Mitt Romney keeps getting deservedly hammered for his outrageous ads claiming that Chrysler and General Motors are moving jobs to China because of President Barack Obama's actions and that Romney, unlike Obama, would fight these moves. Being rebutted in thorough, humiliating fashion by Chrysler
was bad, but having newspaper editorials across Ohio and Michigan, the states whose voters he was trying to scare into vote for him, take up the issue has the potential to magnify that damage. According to a Toledo Blade
editorial, "the Republican nominee is conducting an exercise in deception about auto-industry issues that is remarkable even by the standards of his campaign." The Youngstown Vindicator
calls Romney's ads "an insult to Ohioans" which suggests that Romney "believes the voters of Ohio are not sophisticated enough to separate fact from fiction." Then there's the Cleveland Plain Dealer
, which uses descriptions like "flailing" and "recklessly" and "masterpiece of misdirection."
Jonathan Cohn offers something else that points to the scale of Romney's error:
Irony of Romney's auto gambit: Chrysler, GM tried to stay out of presidential race, denied requests to use factories for events...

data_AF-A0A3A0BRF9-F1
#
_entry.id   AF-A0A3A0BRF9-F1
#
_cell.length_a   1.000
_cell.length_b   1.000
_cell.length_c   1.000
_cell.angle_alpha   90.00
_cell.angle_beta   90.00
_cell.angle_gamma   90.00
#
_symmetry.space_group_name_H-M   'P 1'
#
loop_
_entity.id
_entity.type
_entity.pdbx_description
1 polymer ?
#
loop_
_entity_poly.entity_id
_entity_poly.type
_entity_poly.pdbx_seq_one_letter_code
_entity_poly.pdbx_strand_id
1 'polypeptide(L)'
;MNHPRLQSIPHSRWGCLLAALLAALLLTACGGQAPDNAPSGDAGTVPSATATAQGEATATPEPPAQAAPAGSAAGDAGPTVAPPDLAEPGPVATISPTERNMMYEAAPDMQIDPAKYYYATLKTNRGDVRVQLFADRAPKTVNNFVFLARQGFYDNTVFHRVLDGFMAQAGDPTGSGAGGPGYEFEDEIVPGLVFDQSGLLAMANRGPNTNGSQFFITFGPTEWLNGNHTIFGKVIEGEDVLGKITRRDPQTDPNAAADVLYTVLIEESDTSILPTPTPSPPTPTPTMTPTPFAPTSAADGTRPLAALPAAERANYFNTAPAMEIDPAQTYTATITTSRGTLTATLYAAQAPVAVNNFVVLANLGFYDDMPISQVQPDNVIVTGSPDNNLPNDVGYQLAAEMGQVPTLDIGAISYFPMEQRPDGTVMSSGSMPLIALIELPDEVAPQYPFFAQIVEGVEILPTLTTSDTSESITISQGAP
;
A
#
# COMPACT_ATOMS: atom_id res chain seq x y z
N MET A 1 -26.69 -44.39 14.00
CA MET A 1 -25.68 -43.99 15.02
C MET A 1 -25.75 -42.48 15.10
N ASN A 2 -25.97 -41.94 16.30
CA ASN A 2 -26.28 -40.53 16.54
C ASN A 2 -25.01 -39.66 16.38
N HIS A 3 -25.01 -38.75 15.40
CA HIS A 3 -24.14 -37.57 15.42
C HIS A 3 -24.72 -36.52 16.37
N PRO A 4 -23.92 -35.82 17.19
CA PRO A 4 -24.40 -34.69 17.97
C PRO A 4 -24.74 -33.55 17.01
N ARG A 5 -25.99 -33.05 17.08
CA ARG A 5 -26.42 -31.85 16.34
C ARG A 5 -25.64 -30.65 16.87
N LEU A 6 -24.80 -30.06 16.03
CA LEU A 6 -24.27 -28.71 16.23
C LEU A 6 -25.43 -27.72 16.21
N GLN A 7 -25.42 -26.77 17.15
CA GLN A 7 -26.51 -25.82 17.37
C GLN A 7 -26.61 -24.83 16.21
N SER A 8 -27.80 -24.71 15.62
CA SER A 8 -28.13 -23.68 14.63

— @CitizenCohn via web
Way to go, Mitt! While most of the discussion of Romney's lies has revolved around the simple fact that Chrysler and GM are investing in creating jobs in the U.S., Marcy Wheeler points to another problem
with these attacks:
China—and Japan and Korea—still protect their markets, meaning if you want to sell there, you’ve got to make cars there. Mitt has promised to get tough on China. But his series of auto ads have made no mention—not a peep!—of how he’ll reverse this practice and make it possible for Jeep to export cars made in Toledo. Indeed, when Obama launched a trade dispute over auto parts in September, Mitt scoffed at the effort (and ignored Obama’s decent and sustained effort launching trade disputes, one of which pertaining to specialty steel recently won at the WTO).
But Romney was never honest about his views on trade, and he's certainly not going to start being honest about that now as he doubles and triples down on his commitment to full-throated lying about the auto industry.